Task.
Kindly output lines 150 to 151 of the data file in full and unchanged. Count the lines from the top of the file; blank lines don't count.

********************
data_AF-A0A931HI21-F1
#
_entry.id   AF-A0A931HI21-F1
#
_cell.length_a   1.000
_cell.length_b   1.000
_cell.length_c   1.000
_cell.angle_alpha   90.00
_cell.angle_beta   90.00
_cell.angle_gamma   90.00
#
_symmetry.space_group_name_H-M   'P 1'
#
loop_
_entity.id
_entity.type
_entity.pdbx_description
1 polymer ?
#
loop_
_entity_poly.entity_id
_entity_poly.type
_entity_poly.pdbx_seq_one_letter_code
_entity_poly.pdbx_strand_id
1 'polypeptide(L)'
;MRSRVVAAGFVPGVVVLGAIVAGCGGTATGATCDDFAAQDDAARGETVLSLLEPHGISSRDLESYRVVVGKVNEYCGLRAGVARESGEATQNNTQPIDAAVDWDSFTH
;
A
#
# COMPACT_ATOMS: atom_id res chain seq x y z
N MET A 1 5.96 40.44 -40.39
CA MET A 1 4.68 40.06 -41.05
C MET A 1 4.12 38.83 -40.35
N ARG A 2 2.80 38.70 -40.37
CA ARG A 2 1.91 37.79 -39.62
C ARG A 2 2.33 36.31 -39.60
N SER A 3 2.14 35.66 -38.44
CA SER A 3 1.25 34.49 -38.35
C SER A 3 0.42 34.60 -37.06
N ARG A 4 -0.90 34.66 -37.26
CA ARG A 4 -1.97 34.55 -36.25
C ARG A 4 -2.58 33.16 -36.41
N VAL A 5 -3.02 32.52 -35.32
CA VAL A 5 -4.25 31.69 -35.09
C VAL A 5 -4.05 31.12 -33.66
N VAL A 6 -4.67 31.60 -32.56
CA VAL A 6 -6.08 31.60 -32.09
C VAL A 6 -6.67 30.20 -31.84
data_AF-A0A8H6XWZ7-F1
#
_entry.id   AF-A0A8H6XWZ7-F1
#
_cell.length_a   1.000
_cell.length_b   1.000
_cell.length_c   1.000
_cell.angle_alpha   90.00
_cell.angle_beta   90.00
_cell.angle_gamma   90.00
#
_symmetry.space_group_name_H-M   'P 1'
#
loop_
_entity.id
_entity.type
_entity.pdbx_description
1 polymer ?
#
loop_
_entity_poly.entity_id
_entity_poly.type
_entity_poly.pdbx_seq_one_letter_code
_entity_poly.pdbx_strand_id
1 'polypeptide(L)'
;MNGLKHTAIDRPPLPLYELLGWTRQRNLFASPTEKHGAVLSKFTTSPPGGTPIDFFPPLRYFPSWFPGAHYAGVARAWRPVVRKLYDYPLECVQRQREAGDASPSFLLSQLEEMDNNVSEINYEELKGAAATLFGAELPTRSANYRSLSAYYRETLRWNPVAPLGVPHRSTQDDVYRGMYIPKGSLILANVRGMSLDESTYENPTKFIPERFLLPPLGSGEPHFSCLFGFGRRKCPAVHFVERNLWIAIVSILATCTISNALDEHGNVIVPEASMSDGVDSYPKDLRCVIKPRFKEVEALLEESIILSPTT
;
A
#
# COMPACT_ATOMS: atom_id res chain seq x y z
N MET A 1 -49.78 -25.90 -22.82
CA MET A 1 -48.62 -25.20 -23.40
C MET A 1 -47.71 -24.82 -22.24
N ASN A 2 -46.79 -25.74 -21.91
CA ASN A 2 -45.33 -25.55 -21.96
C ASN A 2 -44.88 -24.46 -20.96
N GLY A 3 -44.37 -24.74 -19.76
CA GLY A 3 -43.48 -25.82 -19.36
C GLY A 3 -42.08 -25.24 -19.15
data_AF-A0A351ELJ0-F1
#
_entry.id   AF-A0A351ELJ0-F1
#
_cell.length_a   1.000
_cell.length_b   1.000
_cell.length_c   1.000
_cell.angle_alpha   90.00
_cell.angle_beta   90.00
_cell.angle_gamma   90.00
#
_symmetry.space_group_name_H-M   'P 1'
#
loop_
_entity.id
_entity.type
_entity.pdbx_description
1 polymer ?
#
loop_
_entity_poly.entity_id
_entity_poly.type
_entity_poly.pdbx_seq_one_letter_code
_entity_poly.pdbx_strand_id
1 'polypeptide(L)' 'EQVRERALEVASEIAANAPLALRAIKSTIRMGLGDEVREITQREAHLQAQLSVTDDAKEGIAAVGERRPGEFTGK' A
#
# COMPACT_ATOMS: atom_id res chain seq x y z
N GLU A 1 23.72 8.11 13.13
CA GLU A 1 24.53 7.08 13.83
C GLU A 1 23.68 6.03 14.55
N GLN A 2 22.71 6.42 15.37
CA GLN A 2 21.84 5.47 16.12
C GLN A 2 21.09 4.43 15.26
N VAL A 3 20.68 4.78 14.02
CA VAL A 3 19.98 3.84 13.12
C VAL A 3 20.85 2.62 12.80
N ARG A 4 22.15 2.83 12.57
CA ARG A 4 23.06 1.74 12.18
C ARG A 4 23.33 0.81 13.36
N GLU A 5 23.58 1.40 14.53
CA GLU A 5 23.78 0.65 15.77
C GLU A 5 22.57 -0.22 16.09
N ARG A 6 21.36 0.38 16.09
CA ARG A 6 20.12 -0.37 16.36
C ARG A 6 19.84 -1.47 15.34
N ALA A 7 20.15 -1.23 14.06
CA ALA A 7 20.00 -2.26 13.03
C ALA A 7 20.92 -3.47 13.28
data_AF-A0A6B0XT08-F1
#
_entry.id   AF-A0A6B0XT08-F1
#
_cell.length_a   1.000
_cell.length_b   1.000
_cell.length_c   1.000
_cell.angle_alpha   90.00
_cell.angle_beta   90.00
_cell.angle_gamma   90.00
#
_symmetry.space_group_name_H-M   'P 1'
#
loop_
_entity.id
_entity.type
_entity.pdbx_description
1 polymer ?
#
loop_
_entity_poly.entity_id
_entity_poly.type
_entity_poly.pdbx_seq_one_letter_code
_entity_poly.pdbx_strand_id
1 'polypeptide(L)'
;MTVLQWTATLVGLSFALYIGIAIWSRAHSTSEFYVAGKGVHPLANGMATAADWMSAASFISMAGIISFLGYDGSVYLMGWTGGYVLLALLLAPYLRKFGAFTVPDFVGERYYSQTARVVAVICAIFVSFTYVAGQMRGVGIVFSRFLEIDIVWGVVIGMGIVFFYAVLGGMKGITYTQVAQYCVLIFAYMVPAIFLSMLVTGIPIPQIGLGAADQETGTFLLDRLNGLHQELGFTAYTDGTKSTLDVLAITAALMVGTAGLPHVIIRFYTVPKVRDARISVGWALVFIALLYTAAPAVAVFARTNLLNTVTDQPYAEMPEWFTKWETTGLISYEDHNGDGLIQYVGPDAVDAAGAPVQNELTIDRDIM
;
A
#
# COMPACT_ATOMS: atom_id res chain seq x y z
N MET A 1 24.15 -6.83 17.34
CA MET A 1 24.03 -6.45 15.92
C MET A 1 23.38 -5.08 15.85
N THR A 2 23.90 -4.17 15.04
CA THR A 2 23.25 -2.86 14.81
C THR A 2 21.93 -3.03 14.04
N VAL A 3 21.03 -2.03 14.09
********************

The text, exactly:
_entity.id
_entity.type